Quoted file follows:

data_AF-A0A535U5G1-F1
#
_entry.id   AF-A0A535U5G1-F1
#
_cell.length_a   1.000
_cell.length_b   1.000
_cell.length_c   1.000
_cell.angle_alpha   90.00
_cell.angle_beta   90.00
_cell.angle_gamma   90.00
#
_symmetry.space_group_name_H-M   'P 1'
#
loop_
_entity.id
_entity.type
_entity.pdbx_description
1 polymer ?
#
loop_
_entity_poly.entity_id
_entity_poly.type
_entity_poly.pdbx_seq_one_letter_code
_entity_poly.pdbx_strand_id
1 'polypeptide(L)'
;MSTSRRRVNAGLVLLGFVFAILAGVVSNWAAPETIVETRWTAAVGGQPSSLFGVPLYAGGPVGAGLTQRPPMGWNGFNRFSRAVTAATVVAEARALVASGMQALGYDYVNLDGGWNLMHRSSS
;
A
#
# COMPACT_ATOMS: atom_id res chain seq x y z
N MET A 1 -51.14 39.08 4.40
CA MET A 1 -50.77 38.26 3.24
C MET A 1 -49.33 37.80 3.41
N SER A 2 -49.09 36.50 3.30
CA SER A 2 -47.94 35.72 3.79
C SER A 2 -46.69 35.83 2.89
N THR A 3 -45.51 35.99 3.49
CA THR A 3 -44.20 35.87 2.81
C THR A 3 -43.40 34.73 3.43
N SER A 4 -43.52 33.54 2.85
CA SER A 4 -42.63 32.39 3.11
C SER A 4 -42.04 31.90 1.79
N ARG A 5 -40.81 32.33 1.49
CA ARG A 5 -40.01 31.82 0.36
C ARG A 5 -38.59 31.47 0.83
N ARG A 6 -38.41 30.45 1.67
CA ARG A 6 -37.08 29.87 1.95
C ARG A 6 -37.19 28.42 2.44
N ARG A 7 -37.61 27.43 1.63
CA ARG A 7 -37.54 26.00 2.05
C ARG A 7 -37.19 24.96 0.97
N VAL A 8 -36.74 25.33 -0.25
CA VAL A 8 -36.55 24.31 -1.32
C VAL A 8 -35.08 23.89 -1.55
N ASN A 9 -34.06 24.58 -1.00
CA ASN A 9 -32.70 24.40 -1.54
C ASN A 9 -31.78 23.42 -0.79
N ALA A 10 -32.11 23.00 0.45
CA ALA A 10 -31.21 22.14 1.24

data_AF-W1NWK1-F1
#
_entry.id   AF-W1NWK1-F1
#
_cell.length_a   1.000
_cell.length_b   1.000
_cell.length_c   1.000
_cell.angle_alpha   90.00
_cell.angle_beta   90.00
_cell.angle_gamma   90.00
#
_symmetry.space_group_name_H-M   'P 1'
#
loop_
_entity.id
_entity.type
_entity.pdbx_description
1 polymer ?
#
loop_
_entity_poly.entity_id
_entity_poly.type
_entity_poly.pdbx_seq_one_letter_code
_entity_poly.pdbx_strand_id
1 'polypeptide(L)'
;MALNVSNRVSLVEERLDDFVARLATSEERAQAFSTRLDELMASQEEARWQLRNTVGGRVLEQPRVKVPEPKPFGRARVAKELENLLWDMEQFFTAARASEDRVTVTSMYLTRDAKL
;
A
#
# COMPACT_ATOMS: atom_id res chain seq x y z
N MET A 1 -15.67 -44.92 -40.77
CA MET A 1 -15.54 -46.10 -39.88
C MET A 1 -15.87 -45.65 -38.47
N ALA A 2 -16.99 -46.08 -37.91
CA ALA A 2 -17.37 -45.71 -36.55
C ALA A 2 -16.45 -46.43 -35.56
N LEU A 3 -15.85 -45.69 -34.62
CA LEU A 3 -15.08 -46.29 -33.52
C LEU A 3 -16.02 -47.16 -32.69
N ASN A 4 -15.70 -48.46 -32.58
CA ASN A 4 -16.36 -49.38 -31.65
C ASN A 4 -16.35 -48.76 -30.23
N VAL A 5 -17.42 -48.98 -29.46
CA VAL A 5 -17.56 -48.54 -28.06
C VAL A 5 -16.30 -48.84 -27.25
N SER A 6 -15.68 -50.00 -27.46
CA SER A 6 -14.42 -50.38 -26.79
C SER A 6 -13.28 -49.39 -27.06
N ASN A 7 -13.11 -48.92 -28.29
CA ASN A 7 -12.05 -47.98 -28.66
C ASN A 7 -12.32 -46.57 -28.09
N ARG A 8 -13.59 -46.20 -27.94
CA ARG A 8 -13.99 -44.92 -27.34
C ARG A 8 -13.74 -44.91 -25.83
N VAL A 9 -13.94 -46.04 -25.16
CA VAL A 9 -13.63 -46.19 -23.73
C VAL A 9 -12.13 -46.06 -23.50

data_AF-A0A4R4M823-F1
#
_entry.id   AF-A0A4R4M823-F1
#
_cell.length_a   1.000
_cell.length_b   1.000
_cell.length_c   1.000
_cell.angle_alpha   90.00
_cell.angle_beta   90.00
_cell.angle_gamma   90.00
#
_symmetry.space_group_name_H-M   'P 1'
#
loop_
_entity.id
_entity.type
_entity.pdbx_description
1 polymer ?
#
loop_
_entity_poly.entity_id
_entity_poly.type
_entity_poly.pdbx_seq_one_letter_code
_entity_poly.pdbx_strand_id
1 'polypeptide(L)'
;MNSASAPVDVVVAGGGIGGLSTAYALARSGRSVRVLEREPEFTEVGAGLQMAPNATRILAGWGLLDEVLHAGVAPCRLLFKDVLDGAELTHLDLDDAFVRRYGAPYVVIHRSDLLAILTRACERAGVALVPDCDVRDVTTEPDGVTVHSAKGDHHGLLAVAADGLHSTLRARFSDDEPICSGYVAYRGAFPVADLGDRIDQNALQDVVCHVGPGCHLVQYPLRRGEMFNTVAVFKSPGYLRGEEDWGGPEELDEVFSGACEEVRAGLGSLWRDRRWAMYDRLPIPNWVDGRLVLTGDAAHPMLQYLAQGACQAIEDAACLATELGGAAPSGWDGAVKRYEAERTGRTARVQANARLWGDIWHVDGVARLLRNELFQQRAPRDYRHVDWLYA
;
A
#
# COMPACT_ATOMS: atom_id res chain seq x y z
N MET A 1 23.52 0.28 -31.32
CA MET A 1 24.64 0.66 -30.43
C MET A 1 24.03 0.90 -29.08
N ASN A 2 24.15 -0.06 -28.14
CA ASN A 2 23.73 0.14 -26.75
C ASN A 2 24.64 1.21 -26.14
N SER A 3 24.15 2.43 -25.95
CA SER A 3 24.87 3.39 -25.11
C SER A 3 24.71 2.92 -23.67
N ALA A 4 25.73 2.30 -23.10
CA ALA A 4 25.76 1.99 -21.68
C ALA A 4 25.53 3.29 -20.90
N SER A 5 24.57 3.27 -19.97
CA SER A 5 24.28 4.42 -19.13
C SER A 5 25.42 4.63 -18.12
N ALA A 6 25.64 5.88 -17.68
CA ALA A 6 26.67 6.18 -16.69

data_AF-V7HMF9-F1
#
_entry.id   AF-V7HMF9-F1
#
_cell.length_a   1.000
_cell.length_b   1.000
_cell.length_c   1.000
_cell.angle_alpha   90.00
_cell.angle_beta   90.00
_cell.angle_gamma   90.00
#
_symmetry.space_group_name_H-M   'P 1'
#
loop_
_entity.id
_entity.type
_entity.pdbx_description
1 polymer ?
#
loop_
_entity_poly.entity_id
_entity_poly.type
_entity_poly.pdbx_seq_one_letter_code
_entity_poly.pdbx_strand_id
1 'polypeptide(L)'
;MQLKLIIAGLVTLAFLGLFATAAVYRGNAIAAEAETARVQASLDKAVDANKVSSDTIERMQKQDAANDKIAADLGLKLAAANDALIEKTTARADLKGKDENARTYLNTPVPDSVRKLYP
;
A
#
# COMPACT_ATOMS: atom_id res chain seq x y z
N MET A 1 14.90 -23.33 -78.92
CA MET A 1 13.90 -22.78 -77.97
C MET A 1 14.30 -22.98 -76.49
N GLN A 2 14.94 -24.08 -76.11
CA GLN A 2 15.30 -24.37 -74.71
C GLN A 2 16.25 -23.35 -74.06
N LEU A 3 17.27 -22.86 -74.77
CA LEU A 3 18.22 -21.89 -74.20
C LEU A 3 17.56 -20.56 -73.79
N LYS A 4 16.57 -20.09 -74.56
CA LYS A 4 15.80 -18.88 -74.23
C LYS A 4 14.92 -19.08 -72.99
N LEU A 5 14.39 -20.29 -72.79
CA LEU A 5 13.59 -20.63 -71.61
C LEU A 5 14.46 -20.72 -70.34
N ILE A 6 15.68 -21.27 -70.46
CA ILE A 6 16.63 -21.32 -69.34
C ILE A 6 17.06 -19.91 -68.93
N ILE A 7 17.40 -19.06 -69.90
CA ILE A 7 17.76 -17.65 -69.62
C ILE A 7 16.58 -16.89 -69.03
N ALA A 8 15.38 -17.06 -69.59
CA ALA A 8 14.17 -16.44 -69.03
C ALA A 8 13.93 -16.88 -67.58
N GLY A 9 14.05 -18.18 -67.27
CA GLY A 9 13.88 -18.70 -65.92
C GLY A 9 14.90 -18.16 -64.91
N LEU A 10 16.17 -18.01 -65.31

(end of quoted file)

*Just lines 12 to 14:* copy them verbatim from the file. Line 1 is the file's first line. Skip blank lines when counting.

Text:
_symmetry.space_group_name_H-M   'P 1'
#
loop_